"Don't you say a word against Ricker. It's all right, I tell you. You don't understand such things. You don't know what you're talking about. I—I—I wrote the thing myself."

He could face her, but she could not face him. There was a subsidence in her proud attitude, as if her physical strength had snapped with her breaking spirit.

"There's no theft about it." Bartley went on. "Kinney would never write it out, and if he did, I've put the material in better shape for him here than he could ever have given it. Six weeks from now nobody will remember a word of it; and he could tell the same things right over again, and they would be just as good as new." He went on to argue the point.

She seemed not to have listened to him. When he stopped, she said, in a quiet, passionless voice, "I suppose you wrote it to get money for this sacque."

"Yes; I did," replied Bartley.

She dropped it on the floor at his feet. "I shall never wear it again," she said in the same tone, and a little sigh escaped her.

"Use your pleasure about that," said Bartley, sitting down to his writing again, as she turned and left the room.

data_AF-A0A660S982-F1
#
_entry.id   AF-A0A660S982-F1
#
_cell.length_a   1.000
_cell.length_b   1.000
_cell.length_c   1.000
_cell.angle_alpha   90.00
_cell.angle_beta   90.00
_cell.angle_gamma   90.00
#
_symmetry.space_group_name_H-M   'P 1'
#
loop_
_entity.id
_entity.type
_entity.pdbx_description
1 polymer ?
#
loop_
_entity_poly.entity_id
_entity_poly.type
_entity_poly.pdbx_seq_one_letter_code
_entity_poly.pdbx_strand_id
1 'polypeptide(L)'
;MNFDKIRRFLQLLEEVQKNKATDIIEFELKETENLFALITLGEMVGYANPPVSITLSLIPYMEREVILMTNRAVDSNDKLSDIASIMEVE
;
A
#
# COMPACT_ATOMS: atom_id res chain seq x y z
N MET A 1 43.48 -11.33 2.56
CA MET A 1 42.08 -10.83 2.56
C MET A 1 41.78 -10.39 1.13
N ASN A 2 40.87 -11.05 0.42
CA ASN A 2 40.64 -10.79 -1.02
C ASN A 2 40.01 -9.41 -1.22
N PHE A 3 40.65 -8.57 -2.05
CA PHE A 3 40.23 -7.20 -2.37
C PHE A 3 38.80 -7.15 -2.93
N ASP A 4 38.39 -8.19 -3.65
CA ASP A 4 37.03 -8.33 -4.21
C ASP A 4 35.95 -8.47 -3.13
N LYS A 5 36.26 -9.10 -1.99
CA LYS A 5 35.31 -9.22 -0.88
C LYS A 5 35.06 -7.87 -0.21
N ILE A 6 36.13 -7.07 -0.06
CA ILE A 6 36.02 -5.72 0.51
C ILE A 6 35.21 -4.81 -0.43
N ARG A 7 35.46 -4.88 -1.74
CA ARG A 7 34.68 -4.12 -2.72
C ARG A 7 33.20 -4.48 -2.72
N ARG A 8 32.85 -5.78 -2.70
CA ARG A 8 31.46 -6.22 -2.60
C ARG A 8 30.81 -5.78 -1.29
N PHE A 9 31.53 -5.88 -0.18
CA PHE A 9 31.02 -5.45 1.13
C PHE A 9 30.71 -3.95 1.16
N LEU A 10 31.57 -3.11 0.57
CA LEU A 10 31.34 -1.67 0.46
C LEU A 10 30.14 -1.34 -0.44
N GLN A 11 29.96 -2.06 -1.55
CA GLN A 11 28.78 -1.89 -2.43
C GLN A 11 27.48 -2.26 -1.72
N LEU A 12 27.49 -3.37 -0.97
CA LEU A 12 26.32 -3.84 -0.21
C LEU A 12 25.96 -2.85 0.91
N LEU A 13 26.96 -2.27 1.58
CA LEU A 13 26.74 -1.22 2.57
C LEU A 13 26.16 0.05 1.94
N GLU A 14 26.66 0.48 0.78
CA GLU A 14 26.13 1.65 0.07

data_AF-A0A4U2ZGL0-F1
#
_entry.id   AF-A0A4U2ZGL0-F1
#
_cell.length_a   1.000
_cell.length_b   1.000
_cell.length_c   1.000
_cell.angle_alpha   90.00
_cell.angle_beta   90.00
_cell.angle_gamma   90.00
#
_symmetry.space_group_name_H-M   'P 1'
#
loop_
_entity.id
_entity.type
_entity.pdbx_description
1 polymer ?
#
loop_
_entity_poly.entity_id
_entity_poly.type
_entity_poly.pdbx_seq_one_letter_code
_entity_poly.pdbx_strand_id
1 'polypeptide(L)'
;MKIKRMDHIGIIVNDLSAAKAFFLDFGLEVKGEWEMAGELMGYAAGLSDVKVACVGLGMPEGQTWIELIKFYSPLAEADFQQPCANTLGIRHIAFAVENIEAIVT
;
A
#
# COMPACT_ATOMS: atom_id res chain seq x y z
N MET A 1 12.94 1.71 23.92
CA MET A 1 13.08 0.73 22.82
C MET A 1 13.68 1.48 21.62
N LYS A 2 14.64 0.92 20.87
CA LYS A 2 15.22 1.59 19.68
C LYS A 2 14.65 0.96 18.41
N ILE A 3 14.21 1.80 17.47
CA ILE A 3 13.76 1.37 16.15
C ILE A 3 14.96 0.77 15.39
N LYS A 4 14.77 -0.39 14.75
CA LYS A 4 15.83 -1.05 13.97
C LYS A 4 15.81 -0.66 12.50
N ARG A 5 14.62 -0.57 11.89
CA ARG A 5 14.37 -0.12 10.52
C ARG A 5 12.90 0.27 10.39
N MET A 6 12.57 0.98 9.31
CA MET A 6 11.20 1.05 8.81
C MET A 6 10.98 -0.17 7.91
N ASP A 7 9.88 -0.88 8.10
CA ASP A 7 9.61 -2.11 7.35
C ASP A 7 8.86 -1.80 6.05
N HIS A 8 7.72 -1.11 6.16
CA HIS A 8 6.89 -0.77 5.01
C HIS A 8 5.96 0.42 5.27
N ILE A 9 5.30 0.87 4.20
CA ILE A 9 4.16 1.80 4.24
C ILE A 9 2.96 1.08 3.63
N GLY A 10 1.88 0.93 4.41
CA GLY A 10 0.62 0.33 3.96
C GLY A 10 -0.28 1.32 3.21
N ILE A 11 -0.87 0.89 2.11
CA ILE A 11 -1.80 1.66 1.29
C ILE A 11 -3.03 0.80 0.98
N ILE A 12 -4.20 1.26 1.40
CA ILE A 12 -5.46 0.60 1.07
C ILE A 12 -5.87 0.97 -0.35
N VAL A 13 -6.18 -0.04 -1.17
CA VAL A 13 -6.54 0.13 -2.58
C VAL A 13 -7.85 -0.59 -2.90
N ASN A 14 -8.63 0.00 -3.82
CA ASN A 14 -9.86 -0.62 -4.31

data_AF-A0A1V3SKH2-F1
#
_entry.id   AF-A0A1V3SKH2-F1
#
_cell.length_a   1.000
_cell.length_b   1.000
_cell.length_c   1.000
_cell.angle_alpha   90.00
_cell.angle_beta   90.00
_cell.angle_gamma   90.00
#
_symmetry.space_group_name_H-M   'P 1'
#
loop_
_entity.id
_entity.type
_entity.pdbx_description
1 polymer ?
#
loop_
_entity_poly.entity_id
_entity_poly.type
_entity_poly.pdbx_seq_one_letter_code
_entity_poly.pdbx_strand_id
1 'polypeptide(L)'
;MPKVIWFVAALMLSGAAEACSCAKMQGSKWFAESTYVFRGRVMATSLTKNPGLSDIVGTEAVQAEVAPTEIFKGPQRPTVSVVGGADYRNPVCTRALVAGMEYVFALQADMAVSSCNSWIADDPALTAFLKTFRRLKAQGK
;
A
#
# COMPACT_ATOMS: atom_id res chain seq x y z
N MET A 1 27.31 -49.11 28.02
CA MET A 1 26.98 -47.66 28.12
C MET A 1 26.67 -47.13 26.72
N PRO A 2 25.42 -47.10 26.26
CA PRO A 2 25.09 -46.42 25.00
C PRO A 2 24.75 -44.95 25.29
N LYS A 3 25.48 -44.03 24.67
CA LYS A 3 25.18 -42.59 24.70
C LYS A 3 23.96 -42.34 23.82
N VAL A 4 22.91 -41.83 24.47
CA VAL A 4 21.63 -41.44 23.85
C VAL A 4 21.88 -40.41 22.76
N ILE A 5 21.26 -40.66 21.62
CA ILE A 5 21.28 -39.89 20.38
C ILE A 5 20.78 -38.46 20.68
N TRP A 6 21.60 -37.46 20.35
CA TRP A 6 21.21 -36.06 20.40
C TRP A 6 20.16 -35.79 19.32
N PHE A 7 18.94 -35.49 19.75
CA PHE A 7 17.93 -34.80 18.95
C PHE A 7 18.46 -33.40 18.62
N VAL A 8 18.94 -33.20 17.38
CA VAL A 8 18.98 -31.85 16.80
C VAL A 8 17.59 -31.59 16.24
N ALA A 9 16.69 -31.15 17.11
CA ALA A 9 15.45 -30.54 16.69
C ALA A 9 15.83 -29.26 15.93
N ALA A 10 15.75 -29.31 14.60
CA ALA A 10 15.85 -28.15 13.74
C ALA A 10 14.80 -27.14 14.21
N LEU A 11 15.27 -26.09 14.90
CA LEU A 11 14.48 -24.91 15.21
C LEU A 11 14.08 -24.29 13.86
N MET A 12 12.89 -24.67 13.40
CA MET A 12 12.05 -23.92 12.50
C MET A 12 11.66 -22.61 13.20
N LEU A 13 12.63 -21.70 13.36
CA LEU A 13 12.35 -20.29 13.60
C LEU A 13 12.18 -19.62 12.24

She went upstairs and came down immediately, with the gold nugget, which she had wrenched from the baby's necklace, and laid it on the paper before him. "Perhaps you would like to spend it for tivoli beer," she suggested. "Flavia shall not wear it."

"I'll get it fitted on to my watch-chain." Bartley slipped it into his waistcoat pocket.

The sacque still lay on the floor at his feet; he pulled his chair a little forward and put his feet on it. He feigned to write awhile longer, and then he folded up his papers, and went out, leaving Marcia to make her Sunday dinner alone. When he came home late at night, he found the sacque where she had dropped it, and with a curse he picked it up and hung it on the hat-rack in the hall.